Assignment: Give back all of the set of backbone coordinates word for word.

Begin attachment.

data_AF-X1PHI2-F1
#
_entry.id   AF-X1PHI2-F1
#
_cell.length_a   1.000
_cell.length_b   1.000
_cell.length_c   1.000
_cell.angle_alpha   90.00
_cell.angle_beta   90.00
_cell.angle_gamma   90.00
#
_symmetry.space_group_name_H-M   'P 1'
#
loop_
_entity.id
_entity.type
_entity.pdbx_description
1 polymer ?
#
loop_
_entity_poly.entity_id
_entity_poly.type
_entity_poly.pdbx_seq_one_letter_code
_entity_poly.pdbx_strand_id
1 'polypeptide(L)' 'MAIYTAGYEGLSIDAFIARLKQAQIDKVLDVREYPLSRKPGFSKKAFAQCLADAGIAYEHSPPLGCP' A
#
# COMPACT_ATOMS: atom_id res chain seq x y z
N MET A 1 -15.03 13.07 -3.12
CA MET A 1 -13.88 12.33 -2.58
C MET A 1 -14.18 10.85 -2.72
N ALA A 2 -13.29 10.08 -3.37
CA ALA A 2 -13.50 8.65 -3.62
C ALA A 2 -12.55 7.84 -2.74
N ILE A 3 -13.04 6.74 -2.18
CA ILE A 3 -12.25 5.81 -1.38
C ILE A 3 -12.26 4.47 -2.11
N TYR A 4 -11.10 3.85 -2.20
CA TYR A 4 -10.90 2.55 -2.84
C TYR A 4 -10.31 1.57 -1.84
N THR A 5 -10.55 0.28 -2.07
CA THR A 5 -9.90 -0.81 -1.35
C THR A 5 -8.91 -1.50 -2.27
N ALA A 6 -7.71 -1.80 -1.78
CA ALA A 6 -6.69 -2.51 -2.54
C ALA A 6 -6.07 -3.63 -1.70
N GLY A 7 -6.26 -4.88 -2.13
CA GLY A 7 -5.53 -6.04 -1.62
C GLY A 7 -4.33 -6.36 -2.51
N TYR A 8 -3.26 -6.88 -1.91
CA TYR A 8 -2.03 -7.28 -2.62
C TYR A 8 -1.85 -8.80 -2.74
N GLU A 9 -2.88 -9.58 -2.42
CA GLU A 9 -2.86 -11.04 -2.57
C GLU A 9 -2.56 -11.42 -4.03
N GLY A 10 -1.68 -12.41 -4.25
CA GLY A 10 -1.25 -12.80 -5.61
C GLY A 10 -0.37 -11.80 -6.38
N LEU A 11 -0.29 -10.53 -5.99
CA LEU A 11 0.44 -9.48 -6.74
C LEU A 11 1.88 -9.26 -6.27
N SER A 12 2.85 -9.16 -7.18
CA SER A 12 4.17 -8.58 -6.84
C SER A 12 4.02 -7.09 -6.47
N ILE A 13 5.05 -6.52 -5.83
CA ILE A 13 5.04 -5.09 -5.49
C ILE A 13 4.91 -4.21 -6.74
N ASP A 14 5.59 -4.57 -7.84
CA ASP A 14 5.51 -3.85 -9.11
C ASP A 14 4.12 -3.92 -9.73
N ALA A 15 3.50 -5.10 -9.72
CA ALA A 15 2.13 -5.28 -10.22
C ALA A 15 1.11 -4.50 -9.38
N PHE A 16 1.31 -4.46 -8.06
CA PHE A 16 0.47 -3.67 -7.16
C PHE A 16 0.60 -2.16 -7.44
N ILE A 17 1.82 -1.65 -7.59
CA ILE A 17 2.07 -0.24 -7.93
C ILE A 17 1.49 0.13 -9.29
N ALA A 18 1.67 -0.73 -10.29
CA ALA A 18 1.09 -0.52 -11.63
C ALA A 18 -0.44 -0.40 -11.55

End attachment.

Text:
data_AF-X1PHI2-F1
#
_entry.id   AF-X1PHI2-F1
#
_cell.length_a   1.000
_cell.length_b   1.000
_cell.length_c   1.000
_cell.angle_alpha   90.00
_cell.angle_beta   90.00
_cell.angle_gamma   90.00
#
_symmetry.space_group_name_H-M   'P 1'
#
loop_
_entity.id
_entity.type
_entity.pdbx_description
1 polymer ?
#
loop_
_entity_poly.entity_id
_entity_poly.type
_entity_poly.pdbx_seq_one_letter_code
_entity_poly.pdbx_strand_id
1 'polypeptide(L)' 'MAIYTAGYEGLSIDAFIARLKQAQIDKVLDVREYPLSRKPGFSKKAFAQCLADAGIAYEHSPPLGCP' A
#
# COMPACT_ATOMS: atom_id res chain seq x y z
N MET A 1 -15.03 13.07 -3.12
CA MET A 1 -13.88 12.33 -2.58
C MET A 1 -14.18 10.85 -2.72
N ALA A 2 -13.29 10.08 -3.37
CA ALA A 2 -13.50 8.65 -3.62
C ALA A 2 -12.55 7.84 -2.74
N ILE A 3 -13.04 6.74 -2.18
CA ILE A 3 -12.25 5.81 -1.38
C ILE A 3 -12.26 4.47 -2.11
N TYR A 4 -11.10 3.85 -2.20
CA TYR A 4 -10.90 2.55 -2.84
C TYR A 4 -10.31 1.57 -1.84
N THR A 5 -10.55 0.28 -2.07
CA THR A 5 -9.90 -0.81 -1.35
C THR A 5 -8.91 -1.50 -2.27
N ALA A 6 -7.71 -1.80 -1.78
CA ALA A 6 -6.69 -2.51 -2.54
C ALA A 6 -6.07 -3.63 -1.70
N GLY A 7 -6.26 -4.88 -2.13
CA GLY A 7 -5.53 -6.04 -1.62
C GLY A 7 -4.33 -6.36 -2.51
N TYR A 8 -3.26 -6.88 -1.91
CA TYR A 8 -2.03 -7.28 -2.62
C TYR A 8 -1.85 -8.80 -2.74
N GLU A 9 -2.88 -9.58 -2.42
CA GLU A 9 -2.86 -11.04 -2.57
C GLU A 9 -2.56 -11.42 -4.03
N GLY A 10 -1.68 -12.41 -4.25
CA GLY A 10 -1.25 -12.80 -5.61
C GLY A 10 -0.37 -11.80 -6.38
N LEU A 11 -0.29 -10.53 -5.99
CA LEU A 11 0.44 -9.48 -6.74
C LEU A 11 1.88 -9.26 -6.27
N SER A 12 2.85 -9.16 -7.18
CA SER A 12 4.17 -8.58 -6.84
C SER A 12 4.02 -7.09 -6.47
N ILE A 13 5.05 -6.52 -5.83
CA ILE A 13 5.04 -5.09 -5.49
C ILE A 13 4.91 -4.21 -6.74
N ASP A 14 5.59 -4.57 -7.84
CA ASP A 14 5.51 -3.85 -9.11
C ASP A 14 4.12 -3.92 -9.73
N ALA A 15 3.50 -5.10 -9.72
CA ALA A 15 2.13 -5.28 -10.22
C ALA A 15 1.11 -4.50 -9.38
N PHE A 16 1.31 -4.46 -8.06
CA PHE A 16 0.47 -3.67 -7.16
C PHE A 16 0.60 -2.16 -7.44
N ILE A 17 1.82 -1.65 -7.59
CA ILE A 17 2.07 -0.24 -7.93
C ILE A 17 1.49 0.13 -9.29
N ALA A 18 1.67 -0.73 -10.29
CA ALA A 18 1.09 -0.52 -11.63
C ALA A 18 -0.44 -0.40 -11.55